The Jerusalem Post reported that at least 23 people have been killed in the riots, according to the government, and that opposition members put the death toll at more than three times the number.

U.S. National Security Council spokesman Mike Hammer was quoted, "We condemn the ongoing violence against civilians in Tunisia, and call on the Tunisian authorities to fulfill the important commitments made by President Ben Ali in his speech yesterday to the Tunisian people, including respect for basic human rights and a process of much-needed political reform."

Time will show whether freedom will prevail, whether democracy takes hold. Far from home, but close to my heart, in Burma, Aung Sang Su Kyi has finally been freed from house arrest. Let's see if the people of Tunisia will see something new or more of the same.

Dizzy Gillespie "A Night in Tunisia"


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    • Guru-C profile image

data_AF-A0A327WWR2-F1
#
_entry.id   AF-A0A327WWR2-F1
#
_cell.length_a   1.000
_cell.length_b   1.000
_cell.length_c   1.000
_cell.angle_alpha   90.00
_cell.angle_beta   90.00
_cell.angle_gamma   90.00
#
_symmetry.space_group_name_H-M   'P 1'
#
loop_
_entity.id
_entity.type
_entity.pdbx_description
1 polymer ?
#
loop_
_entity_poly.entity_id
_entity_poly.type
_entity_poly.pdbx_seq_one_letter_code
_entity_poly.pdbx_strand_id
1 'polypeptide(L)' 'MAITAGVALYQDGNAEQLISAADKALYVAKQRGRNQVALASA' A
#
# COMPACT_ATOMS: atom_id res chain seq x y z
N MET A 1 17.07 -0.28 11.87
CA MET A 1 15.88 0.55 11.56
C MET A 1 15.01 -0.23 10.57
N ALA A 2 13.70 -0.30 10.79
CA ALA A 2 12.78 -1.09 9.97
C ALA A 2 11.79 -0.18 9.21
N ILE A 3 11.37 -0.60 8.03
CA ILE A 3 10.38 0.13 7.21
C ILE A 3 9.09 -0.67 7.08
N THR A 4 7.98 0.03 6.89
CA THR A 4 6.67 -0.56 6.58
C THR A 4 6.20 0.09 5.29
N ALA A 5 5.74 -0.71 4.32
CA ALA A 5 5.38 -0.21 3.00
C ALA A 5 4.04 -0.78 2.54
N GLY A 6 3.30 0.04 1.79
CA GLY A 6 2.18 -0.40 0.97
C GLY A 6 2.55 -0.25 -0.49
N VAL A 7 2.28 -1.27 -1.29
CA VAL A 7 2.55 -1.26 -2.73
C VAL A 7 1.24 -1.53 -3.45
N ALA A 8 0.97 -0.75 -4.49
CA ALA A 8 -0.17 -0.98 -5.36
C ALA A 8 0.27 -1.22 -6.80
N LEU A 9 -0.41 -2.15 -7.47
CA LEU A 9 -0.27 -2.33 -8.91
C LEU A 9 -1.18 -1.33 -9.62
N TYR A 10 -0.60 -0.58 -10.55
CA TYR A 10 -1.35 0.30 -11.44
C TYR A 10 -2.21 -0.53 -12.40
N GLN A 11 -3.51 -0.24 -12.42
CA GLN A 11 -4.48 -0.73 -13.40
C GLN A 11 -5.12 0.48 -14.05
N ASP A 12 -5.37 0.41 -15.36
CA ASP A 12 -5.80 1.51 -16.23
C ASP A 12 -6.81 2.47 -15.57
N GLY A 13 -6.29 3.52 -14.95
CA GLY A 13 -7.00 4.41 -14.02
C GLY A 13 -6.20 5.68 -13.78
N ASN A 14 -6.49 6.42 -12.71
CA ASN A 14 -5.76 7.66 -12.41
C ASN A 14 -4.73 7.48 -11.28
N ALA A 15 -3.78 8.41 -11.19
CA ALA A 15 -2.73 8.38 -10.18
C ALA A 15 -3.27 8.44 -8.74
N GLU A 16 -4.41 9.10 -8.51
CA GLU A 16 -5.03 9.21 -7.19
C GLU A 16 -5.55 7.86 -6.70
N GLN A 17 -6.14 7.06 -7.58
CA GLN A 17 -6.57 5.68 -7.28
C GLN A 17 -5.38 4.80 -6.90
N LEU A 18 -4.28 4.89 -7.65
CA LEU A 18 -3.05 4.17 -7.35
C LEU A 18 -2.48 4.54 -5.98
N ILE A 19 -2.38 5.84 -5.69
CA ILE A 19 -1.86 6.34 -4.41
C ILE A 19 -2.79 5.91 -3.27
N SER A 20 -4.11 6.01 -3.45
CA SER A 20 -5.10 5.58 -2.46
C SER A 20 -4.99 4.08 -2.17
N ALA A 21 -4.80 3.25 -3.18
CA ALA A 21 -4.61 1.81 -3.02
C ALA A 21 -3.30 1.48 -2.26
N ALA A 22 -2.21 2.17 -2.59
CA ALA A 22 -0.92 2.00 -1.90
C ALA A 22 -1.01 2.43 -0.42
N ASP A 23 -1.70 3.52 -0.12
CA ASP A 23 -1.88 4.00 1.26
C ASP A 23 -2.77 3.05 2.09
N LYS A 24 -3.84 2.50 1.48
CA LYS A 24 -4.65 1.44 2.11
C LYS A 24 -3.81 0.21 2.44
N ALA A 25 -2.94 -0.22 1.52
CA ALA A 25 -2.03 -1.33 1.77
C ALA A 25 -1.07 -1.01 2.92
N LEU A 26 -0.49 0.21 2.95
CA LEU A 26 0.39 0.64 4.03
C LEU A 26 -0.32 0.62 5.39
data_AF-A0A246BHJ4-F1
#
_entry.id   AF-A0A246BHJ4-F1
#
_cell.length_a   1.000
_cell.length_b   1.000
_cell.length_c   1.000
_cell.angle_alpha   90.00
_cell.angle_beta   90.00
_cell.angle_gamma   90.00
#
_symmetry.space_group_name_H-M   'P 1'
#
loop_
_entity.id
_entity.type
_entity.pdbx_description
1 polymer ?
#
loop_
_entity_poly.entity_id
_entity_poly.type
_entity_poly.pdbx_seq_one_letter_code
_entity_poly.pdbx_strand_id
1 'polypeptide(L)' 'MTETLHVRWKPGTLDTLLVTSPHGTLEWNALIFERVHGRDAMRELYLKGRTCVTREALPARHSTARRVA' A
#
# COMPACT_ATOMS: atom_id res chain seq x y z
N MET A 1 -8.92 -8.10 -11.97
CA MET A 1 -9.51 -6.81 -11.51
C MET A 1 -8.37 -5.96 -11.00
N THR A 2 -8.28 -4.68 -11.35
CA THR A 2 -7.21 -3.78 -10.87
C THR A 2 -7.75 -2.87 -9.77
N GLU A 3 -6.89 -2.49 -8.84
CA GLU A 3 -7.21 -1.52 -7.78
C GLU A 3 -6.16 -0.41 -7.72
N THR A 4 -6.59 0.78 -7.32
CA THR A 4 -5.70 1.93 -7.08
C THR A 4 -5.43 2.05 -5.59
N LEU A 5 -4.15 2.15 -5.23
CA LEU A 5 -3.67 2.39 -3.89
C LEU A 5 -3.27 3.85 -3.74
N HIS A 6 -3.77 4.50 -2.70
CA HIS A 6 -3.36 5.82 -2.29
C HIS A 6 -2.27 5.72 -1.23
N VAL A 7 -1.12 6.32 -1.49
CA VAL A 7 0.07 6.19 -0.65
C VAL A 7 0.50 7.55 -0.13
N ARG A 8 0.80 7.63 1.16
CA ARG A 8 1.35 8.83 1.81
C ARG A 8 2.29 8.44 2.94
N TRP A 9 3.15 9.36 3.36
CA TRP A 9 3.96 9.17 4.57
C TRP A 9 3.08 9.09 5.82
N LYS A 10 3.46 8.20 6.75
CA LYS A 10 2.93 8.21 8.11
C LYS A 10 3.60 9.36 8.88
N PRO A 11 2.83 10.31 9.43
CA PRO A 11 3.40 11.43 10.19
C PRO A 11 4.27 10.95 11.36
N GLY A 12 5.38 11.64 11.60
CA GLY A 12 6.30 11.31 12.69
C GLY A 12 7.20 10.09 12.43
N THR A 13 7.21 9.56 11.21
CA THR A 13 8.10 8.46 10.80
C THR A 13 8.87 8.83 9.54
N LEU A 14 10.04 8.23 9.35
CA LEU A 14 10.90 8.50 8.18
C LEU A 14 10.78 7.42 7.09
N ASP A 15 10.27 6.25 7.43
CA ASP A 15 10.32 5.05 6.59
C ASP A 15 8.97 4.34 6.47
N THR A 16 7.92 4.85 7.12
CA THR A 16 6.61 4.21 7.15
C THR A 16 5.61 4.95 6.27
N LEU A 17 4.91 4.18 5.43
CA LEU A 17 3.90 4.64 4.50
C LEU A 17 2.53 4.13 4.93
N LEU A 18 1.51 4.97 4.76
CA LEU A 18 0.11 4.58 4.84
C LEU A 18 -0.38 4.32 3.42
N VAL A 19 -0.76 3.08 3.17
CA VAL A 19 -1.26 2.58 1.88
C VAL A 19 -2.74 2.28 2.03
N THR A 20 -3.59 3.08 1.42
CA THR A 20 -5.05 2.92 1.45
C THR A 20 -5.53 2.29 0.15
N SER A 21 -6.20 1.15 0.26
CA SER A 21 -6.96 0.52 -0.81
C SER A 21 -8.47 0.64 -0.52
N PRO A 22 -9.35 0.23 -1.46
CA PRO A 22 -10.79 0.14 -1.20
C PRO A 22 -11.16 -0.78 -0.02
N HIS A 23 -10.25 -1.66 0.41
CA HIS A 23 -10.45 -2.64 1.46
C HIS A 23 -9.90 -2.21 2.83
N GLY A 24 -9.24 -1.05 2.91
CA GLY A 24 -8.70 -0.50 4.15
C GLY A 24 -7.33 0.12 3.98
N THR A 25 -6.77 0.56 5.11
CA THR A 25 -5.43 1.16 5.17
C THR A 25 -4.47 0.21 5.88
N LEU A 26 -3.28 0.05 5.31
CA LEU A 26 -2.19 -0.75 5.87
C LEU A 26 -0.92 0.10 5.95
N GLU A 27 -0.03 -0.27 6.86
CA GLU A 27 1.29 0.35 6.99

Cory Zacharia 6 years ago

      From SAVE DARFUR, January 20, 2011:

      Dear Cory,

      I have encouraging news from South Sudan, and I have troubling news from Darfur. Let’s start with the South:

      After more than 20 years of civil war and six years of intense preparation, the people of South Sudan have finally voted in a referendum to determine their own destiny. Voting ended on Saturday and according to election monitors from the European Union, the UN referendum panel, Carter Center and other observer missions, the referendum process was peaceful, free and fair.

      President Obama praised the referendum process, declaring: “The past week has given the world renewed faith in the prospect of a peaceful, prosperous future for all of the Sudanese people -- a future that the American people long to see in Sudan.”

      This moment didn’t happen by accident. It took years of hard work and cooperation among national governments, NGOs, civil society groups, and support from activists just like you.

      One monumental event set the process in motion: In 2005, the Government of Sudan and SPLM signed the Comprehensive Peace Agreement (CPA), creating the framework for this historic vote. It demonstrates how important a peace agreement is to allowing people to determine their own destiny.